Charles Buek passed away in 1926. By then, Frictionless Metal had either ceased operations, or been acquired by another company.

If you have additional information on Frictionless Metal and its entrepreneurs, please send me an e-mail at jolleyh@bellsouth.net.

Charles Edward Buek was president of Frictionless Metal, and involved in other metal and financial businesses.  Click to enlarge.
Charles Edward Buek was president of Frictionless Metal, and involved in other metal and financial businesses. Click to enlarge.

Young Historians Series Showcases Award-Winning Student Projects

The Tennessee Historical Society and Humanities Tennessee are proud to announce the Young Historians Series will be held at the Clarksville-Montgomery County Public Library, 350 Pageant Lane in Clarksville, on Tuesday, Sep. 16.  The series features nationally recognized student projects addressing an array of state and local history topics. Projects include short documentaries ... (click for more)

Signal Mountain Genealogical Society Meeting is October 7

The Signal Mountain Genealogical Society will meet at the Walden Town Hall, 1836 Taft Highway, on  Tuesday, October 7,  2014 at 1:00 pm. Refreshments will be served, followed by a short business meeting and program.   The speaker for the meeting is Linda Mines, Hamilton County Historian and head of the department of history and social studies at Girls ... (click for more)

Chancellor Rules That IDB Must Reimburse Attorney Fees, Other Legal Costs For Helen Burns Sharp On TIF Lawsuit

Chancellor Pam Fleenor has ruled that Helen Burns Sharp, who sued over the validity of a $9 million Tax Increment Financing (TIF) for a planned major development on Aetna Mountain, should be reimbursed her discretionary costs as well as her attorney fees. Ms. Sharp said in a recent court filing that her legal bills to attorney John Konvalinka were $74,427 at the time. The ... (click for more)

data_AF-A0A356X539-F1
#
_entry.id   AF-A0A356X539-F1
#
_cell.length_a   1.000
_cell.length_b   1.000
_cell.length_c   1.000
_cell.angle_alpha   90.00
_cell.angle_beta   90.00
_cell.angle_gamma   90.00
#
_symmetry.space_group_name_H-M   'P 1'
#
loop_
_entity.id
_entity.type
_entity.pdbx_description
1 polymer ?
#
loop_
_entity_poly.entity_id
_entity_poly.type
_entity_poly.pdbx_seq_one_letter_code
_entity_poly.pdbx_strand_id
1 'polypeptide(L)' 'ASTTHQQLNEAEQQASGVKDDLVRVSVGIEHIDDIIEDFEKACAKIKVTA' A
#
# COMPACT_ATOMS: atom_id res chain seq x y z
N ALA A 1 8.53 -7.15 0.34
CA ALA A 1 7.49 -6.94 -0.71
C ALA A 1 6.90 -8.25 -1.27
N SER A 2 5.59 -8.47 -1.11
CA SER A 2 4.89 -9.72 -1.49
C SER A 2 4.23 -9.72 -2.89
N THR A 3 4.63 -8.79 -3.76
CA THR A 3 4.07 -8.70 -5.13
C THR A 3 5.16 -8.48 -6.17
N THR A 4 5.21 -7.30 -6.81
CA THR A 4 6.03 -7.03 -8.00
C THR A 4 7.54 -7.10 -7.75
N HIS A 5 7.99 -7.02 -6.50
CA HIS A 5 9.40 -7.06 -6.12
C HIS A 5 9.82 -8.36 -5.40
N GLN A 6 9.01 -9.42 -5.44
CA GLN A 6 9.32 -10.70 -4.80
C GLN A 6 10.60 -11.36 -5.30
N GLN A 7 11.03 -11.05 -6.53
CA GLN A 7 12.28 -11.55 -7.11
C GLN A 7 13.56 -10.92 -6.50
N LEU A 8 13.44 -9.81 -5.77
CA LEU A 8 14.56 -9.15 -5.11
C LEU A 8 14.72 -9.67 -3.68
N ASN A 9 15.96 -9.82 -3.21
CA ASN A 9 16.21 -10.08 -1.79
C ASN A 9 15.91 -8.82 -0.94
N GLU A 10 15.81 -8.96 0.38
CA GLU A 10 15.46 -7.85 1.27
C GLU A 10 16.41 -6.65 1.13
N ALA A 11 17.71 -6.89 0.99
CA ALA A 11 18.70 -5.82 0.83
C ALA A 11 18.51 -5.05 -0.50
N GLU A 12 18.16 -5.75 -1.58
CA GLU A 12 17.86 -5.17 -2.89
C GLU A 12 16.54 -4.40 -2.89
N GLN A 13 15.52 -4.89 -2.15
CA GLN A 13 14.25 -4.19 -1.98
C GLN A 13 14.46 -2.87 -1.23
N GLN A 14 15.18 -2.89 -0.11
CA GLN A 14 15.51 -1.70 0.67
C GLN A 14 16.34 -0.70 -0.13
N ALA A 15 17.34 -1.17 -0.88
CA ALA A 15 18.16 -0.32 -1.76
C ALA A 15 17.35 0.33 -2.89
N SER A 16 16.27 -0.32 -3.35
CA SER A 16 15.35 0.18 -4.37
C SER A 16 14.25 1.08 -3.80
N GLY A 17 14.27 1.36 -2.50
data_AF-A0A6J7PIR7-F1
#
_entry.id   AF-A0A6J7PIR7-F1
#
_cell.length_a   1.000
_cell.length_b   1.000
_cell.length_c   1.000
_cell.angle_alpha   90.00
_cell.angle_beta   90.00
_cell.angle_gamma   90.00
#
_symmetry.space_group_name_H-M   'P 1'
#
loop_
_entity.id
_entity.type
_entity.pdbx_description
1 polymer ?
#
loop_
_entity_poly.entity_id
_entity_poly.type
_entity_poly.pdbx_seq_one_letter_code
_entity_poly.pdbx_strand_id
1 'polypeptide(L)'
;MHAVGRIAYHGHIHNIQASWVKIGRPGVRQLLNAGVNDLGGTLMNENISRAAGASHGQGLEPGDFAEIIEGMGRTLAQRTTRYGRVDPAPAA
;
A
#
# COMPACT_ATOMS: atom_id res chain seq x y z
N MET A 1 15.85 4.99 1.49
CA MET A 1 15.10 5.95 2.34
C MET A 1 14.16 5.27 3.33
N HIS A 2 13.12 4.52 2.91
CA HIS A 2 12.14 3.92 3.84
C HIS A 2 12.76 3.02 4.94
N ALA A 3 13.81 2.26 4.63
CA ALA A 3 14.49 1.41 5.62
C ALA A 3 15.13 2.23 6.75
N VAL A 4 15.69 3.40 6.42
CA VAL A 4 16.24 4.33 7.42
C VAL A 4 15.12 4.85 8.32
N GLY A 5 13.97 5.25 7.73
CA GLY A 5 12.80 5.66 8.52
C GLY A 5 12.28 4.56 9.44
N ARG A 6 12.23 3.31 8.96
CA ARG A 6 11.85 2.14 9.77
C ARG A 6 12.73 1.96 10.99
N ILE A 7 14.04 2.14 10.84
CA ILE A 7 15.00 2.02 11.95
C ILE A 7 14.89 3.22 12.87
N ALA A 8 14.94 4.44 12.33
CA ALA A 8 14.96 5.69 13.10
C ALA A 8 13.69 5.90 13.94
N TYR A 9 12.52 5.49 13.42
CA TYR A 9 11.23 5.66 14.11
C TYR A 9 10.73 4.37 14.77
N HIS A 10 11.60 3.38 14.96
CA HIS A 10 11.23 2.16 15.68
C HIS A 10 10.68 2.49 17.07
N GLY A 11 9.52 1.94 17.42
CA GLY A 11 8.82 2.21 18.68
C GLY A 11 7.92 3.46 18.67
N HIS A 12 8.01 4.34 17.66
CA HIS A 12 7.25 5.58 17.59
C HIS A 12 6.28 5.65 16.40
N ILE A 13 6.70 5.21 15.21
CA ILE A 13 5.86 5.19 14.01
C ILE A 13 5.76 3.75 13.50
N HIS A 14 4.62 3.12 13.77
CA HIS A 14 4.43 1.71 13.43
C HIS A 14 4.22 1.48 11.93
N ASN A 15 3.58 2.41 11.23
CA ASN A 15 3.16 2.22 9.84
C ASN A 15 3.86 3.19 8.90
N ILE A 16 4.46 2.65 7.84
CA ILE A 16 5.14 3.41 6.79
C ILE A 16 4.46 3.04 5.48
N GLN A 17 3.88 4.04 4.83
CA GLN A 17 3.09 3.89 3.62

Jumoke Johnson Jr. To Plead Guilty On Selling Crack Cocaine

A youth who was in the news earlier as a teen who had been the first in his family to graduate from Brainerd High School and who found a patron willing to pay for his college education is set to plead guilty on Tuesday to a charge of selling crack cocaine. Jumoke Johnson Jr., who turned 21 on Saturday, dropped out of Miles College in Alabama after one semester and has been ... (click for more)

ChattaData Is A Real Advance For The City

This past Tuesday, the city of Chattanooga's new performance management tool called ChattaData was unveiled. As the chairman of the City Council’s Budget & Finance Committee, I am excited to witness the city putting this important information online in a way that is accessible and transparent to all taxpayers. This approach shines light on how we as a city prioritize our ... (click for more)

Roy Exum: It’s ‘Hate The SEC’ Day

The boo birds came out on the fly on the ESPN website Sunday afternoon, this moments after the latest AP College Football “Top 25” included eight teams from the Southeastern Conference.   What set naysayers aglow was Mississippi State, after upsetting LSU 34-29 Saturday night, debuted on the list at No. 14 while Clemson, playing Florida State in an overtime thriller, got tossed ... (click for more)